The reports, which cite unnamed “sources familiar” with the plans, say that the new console will debut on May 21. The console, nicknamed the Xbox 720 as a nod to its predecessor the 360, has been the subject of rumors for a long time. But it is widely expected to come to light this spring — particularly following Sony’s February announcement about what will be the Xbox’s top competitor, the PlayStation 4.
Thurrott said that he believes the console will cost around $500, though he added there may possibly be a $300 subscription version of the console.
Microsoft hasn’t said much about what the next Xbox will be like, but the company did announce Monday that it has sold its Mediaroom TV software unit to Ericsson in order to focus more closely on developing the Xbox’s TV services.
Mediaroom, a Microsoft property that powers services for set-top, on-demand boxes, will continue to operate with the same services under Ericsson’s management, the companies said — meaning that consumers shouldn’t have to worry about too many major changes to Mediaroom services such as AT&T U-Verse.
Microsoft has made no secret of the fact that it views the Xbox as a device that goes far beyond gaming, and has made a concerted effort to expand its video and other offerings to make the Xbox more of an entertainment hub than a video game console.
While there have been few concrete details about what the next Xbox will hold, there has been a great deal of discussion about rumored features and specifications. Most recently, reports that the new Xbox will require players to keep an Internet connection on at all times has sparked furious debate in the gaming world.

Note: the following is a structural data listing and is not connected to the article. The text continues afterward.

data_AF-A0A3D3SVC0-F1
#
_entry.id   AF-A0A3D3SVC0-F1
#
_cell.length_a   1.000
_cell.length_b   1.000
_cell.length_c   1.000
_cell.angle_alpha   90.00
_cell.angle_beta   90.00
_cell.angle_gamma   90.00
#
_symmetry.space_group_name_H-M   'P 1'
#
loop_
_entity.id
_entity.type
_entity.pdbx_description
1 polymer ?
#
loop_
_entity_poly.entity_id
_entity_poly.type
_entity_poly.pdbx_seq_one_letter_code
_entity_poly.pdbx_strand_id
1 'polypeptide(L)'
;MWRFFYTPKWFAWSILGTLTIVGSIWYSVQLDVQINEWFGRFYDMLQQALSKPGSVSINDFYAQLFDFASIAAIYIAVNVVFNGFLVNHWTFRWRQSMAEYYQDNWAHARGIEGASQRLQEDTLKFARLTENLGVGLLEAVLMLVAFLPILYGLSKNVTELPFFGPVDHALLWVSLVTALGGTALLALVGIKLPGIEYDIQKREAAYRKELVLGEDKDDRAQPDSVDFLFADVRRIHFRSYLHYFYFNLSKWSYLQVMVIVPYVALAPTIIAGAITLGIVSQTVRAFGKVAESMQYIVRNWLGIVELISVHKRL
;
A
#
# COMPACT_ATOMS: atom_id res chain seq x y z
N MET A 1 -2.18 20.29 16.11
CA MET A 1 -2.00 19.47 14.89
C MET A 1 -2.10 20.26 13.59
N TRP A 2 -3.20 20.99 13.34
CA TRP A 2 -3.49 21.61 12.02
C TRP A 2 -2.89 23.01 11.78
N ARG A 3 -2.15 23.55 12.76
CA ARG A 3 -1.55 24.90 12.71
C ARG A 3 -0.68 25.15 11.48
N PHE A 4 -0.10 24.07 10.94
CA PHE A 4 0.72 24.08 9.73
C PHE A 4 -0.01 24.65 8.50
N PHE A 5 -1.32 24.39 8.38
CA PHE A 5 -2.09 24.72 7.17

The idea that video game players will have to keep a connection on has been very unpopular, especially among gamers who note there are plenty of areas in the United States where high-speed Internet service is still spotty at best.
Microsoft Studio’s creative director Adam Orth contributed to the controversy last week, when he said that gamers should just deal with that fact that devices increasingly require an Internet connection to function. Orth later apologized for his comments, as CNET reported, saying that he was merely having a conversation with his friends.
Microsoft, for its part, apologized for Orth’s comments but did not shed any light on whether there’s any truth to the rumor.
“We are very sorry if this offended anyone, however we have not made any announcements about our product roadmap, and have no further comment on this matter,” the company said in an official statement posted to a company blog.
The rumored May event is expected to give consumers just a taste of what Microsoft will have to offer with the Xbox, with further details coming during the game industry’s June conference, the Electronic Entertainment Expo.
Sign up today to receive #thecircuit, a daily roundup of the latest tech policy news from Washington and how it is shaping business, entertainment and science.